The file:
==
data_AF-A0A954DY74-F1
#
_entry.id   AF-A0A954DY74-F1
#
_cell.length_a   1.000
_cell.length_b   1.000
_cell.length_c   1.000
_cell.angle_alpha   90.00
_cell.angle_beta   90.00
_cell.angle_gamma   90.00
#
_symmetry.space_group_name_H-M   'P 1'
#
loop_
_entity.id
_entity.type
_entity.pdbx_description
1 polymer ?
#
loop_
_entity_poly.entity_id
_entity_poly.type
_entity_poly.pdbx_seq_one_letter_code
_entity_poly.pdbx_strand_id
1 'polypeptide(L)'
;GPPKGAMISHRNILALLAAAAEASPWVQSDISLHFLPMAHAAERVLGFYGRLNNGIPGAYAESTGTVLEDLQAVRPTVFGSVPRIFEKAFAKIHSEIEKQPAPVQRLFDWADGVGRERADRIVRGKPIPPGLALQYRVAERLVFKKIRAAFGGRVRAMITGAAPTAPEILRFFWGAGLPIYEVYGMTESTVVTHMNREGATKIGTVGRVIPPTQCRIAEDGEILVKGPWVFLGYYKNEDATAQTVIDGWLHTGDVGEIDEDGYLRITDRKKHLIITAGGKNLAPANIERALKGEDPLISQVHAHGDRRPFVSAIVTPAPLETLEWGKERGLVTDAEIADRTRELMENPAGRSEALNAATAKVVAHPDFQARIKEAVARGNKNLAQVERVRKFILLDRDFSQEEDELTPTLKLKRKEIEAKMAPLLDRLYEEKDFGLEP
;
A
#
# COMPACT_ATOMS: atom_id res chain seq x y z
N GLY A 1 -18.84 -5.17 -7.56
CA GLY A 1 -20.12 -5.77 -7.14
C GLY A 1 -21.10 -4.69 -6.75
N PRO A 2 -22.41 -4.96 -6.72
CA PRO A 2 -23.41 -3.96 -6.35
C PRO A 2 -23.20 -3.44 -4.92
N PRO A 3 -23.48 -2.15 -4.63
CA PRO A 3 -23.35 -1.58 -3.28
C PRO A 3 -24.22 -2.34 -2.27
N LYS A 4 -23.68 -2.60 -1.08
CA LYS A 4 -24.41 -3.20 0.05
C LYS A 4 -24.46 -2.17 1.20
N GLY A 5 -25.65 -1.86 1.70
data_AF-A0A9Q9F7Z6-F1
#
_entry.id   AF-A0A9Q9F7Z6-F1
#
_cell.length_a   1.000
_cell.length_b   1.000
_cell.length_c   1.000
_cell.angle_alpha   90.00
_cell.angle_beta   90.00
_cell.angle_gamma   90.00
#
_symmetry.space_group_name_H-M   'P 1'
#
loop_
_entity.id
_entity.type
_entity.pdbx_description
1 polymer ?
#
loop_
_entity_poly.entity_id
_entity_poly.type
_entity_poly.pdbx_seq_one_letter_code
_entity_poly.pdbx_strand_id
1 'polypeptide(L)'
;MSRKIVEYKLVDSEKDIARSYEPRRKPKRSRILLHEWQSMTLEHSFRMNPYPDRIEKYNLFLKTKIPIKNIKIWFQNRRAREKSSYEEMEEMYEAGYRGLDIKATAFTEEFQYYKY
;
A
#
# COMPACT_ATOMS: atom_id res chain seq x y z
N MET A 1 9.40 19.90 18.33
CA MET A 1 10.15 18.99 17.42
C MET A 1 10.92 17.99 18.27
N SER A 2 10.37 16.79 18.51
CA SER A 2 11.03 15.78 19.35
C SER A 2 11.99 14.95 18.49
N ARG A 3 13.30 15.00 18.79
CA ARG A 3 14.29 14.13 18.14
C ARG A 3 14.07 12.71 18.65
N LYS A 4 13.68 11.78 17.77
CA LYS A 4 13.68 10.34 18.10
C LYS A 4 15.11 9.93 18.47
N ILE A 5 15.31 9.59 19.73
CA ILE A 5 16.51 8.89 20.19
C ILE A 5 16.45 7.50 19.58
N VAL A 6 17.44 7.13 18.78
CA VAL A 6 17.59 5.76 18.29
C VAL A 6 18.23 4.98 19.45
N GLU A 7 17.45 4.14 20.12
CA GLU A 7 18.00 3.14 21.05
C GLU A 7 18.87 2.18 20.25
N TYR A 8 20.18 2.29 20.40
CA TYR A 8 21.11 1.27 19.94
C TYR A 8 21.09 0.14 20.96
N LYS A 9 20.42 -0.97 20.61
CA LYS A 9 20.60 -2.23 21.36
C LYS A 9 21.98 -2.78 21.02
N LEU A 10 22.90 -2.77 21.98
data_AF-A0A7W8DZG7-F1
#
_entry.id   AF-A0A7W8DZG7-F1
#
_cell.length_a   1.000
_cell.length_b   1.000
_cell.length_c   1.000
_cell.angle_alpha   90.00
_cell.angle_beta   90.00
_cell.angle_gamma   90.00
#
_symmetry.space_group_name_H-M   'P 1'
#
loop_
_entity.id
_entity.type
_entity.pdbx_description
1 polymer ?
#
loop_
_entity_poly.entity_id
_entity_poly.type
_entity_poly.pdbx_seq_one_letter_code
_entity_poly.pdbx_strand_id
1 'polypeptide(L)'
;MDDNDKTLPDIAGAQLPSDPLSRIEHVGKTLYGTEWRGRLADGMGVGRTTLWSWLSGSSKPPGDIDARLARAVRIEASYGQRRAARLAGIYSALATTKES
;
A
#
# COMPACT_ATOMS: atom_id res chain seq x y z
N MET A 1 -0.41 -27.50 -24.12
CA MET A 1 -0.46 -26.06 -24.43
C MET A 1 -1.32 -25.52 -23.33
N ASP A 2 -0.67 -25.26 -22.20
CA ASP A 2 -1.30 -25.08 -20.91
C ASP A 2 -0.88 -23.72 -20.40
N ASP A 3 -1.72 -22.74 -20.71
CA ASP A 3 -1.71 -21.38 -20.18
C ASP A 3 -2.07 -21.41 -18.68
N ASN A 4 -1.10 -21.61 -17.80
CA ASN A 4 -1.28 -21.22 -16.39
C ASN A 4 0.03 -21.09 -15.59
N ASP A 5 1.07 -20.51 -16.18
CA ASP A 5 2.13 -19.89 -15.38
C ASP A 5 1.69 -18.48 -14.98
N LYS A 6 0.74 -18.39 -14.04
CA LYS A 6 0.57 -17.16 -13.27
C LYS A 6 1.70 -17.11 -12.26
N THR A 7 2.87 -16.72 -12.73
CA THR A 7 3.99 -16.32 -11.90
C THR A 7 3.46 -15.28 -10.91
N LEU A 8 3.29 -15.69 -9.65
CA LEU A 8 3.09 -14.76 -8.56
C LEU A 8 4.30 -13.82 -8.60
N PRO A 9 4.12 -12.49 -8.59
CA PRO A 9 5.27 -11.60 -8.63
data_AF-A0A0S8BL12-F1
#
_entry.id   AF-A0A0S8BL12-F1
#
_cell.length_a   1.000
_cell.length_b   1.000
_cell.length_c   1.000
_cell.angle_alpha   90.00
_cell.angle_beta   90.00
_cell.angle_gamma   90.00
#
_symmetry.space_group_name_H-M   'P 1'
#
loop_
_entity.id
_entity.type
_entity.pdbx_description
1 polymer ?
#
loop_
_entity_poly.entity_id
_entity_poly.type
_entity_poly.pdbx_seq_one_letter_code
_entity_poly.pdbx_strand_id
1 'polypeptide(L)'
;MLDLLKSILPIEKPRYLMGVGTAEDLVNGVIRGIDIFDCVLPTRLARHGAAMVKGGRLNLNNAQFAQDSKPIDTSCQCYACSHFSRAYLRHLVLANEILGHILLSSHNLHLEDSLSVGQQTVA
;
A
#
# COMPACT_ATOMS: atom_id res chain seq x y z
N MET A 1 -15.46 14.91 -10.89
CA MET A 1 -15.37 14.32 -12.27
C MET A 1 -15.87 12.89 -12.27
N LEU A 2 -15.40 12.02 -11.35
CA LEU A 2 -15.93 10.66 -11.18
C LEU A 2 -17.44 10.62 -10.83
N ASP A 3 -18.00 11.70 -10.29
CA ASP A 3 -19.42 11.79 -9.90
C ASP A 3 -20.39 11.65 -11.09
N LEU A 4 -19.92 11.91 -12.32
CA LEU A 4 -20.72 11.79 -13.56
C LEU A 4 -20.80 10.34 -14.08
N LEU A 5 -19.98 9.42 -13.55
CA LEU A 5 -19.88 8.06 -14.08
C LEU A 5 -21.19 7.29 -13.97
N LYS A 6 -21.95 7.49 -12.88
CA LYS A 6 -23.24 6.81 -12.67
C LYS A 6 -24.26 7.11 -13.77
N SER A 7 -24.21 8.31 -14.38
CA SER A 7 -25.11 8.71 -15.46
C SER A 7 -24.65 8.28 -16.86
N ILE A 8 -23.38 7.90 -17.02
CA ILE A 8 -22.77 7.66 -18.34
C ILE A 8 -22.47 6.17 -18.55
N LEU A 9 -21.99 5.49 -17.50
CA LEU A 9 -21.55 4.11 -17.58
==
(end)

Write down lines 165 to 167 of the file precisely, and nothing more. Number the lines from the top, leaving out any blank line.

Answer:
_cell.angle_alpha   90.00
_cell.angle_beta   90.00
_cell.angle_gamma   90.00